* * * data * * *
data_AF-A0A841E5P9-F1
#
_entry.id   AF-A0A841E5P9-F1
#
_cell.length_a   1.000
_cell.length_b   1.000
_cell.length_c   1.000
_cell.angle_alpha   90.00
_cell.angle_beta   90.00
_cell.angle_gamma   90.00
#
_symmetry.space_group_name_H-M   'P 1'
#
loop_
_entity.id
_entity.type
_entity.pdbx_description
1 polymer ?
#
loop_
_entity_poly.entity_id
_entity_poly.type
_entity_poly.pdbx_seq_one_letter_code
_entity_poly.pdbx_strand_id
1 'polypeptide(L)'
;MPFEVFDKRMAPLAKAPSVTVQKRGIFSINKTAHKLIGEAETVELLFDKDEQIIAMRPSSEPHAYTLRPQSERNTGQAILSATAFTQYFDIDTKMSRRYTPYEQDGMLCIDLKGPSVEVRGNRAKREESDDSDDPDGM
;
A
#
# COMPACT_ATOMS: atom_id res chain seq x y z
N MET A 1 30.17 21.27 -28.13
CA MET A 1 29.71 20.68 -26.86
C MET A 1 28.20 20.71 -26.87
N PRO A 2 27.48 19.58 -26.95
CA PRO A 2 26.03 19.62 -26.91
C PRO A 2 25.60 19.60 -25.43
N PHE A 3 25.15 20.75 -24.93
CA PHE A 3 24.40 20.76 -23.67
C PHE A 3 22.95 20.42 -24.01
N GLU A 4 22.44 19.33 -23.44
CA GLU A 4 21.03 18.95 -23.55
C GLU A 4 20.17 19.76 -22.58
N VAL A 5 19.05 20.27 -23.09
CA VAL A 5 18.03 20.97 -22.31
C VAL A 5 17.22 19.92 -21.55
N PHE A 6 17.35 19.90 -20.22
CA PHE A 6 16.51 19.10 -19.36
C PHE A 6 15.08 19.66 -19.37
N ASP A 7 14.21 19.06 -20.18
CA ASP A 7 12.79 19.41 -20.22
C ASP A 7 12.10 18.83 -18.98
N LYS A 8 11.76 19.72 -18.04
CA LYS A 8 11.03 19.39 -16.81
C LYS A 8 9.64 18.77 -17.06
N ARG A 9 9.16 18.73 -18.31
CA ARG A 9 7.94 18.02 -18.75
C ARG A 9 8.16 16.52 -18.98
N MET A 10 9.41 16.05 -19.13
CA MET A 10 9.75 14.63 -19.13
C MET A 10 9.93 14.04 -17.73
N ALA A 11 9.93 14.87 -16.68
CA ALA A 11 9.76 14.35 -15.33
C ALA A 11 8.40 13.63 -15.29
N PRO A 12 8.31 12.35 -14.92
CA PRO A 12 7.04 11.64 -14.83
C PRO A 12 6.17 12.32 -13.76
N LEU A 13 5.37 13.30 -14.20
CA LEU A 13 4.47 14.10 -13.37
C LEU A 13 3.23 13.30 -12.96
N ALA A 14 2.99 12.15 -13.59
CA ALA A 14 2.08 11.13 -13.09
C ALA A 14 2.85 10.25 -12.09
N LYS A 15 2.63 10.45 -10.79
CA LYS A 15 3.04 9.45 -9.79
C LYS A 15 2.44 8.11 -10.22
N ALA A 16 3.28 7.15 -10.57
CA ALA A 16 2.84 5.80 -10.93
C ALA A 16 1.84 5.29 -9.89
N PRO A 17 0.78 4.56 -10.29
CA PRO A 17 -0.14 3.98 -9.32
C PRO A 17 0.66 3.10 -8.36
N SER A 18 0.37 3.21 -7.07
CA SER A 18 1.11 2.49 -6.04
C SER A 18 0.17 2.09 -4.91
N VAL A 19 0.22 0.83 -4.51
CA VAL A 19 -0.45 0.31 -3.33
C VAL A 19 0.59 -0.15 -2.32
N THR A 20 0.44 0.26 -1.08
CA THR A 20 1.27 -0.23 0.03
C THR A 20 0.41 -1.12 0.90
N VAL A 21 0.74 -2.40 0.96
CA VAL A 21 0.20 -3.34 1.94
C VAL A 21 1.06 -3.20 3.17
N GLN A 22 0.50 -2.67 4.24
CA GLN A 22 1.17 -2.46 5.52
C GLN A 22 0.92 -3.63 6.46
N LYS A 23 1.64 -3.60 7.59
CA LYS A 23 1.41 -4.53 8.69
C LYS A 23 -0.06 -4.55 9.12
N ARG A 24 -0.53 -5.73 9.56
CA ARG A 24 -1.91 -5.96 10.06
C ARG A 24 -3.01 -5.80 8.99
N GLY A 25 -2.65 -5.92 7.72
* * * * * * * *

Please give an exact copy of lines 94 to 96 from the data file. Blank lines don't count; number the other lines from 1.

N GLN A 22 0.50 -2.67 4.24
CA GLN A 22 1.17 -2.46 5.52
C GLN A 22 0.92 -3.63 6.46